The Weekly Roundup, ladies and gents!
- Bernard Lamborelle posted a response to @MiraScriptura’s “Bernard Lamborelle vs. Mirror Reading” entitled “Facing cognitive dissonance.” The humility exhibited in Lamborelle’s piece is exemplary and it is refreshing to see two people with opposing views respond to one another’s work without resorting to name-calling or strawmen. I would love to see these two in a discussion on Google Hangouts or in a podcast. It would be very fruitful.
- I’m still getting caught up on @StudyofChrist’s fantastic series covering the two genealogies of Jesus in the Gospels of Matthew and Luke. Just recently I watched parts 1 and 2 of “Why Luke has 77 generations in his genealogy.” I especially enjoyed part 2 since he went into the textual variants in the Lukan genealogy and how that influenced the way ancient interpreters understood its import (i.e. Iraneus’ 72 generation schema). Really great stuff from one of my favorite YouTubers.
- The husband and wife Assyriology duo of Digital Hammurabi have some pretty great videos over at their YouTube channel. Recently Josh has started a series covering biblical Hebrew that is pretty darn good! You can check out the first in that series, covering the Hebrew alphabet, here.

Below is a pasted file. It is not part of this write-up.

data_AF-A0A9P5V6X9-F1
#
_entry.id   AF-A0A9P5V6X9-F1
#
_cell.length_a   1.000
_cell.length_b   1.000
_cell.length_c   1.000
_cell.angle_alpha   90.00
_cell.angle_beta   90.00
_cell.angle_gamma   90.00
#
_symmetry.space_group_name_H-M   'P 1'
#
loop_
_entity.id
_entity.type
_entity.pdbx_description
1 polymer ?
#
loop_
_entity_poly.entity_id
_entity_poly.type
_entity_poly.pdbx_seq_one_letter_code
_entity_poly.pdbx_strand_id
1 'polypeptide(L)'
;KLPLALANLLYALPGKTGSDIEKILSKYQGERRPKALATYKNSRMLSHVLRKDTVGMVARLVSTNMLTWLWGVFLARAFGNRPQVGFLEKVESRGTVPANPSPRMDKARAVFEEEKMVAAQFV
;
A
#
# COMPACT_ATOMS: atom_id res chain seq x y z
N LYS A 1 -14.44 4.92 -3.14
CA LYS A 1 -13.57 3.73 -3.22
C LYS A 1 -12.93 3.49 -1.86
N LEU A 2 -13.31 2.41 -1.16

- Over at Hendrickson Publishers Blog there is an interview with the editors of the forthcoming Septuaginta: A Reader’s Edition. I spend a considerable amount of time in my Greek New Testament but very little in the LXX. And since I love “Reader’s Editions” of the ancient texts, I am hoping to add this to my library for future reading and reference. Having some knowledge and appreciation of the LXX helps us understand how the NT writers interpreted the Old Testament and why so often it looks different from the Hebrew text we find in BHS.
- Last week DM Spence posted a rebuttal to SJ Thomason’s piece claiming that the Trinity could be found in the Old Testament via the items found in the Tabernacle. (I offered my own response to Thomason here.) Spence eviscerates Thomason, revealing her faulty reasoning and poor exegetical skills. Another sign that the would-be apologist needs to do some fundamental reading before she puts her fingers to the keyboard.
Featured image: Wikimedia Commons.